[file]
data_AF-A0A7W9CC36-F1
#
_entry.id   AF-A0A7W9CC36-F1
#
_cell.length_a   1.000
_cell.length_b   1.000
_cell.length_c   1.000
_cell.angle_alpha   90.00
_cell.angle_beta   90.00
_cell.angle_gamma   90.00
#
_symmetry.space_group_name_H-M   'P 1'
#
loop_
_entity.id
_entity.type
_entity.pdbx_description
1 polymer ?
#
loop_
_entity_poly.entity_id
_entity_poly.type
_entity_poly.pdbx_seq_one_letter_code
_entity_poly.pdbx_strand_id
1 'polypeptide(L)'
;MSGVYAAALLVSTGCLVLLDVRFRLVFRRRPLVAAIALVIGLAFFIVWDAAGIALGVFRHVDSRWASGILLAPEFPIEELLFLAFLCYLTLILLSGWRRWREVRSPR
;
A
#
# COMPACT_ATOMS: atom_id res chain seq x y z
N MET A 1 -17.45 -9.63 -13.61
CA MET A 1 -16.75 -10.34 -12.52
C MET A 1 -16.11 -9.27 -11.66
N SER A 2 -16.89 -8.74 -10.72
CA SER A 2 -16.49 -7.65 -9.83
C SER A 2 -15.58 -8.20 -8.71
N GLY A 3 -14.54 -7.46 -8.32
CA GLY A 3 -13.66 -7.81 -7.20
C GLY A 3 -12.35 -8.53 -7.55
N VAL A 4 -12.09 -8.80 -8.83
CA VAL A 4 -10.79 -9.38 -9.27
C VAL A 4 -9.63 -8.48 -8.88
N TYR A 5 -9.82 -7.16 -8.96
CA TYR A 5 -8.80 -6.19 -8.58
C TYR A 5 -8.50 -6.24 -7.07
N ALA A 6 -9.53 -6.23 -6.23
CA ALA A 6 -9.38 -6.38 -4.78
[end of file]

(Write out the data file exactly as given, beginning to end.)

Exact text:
data_AF-A0A7W9CC36-F1
#
_entry.id   AF-A0A7W9CC36-F1
#
_cell.length_a   1.000
_cell.length_b   1.000
_cell.length_c   1.000
_cell.angle_alpha   90.00
_cell.angle_beta   90.00
_cell.angle_gamma   90.00
#
_symmetry.space_group_name_H-M   'P 1'
#
loop_
_entity.id
_entity.type
_entity.pdbx_description
1 polymer ?
#
loop_
_entity_poly.entity_id
_entity_poly.type
_entity_poly.pdbx_seq_one_letter_code
_entity_poly.pdbx_strand_id
1 'polypeptide(L)'
;MSGVYAAALLVSTGCLVLLDVRFRLVFRRRPLVAAIALVIGLAFFIVWDAAGIALGVFRHVDSRWASGILLAPEFPIEELLFLAFLCYLTLILLSGWRRWREVRSPR
;
A
#
# COMPACT_ATOMS: atom_id res chain seq x y z
N MET A 1 -17.45 -9.63 -13.61
CA MET A 1 -16.75 -10.34 -12.52
C MET A 1 -16.11 -9.27 -11.66
N SER A 2 -16.89 -8.74 -10.72
CA SER A 2 -16.49 -7.65 -9.83
C SER A 2 -15.58 -8.20 -8.71
N GLY A 3 -14.54 -7.46 -8.32
CA GLY A 3 -13.66 -7.81 -7.20
C GLY A 3 -12.35 -8.53 -7.55
N VAL A 4 -12.09 -8.80 -8.83
CA VAL A 4 -10.79 -9.38 -9.27
C VAL A 4 -9.63 -8.48 -8.88
N TYR A 5 -9.82 -7.16 -8.96
CA TYR A 5 -8.80 -6.19 -8.58
C TYR A 5 -8.50 -6.24 -7.07
N ALA A 6 -9.53 -6.23 -6.23
CA ALA A 6 -9.38 -6.38 -4.78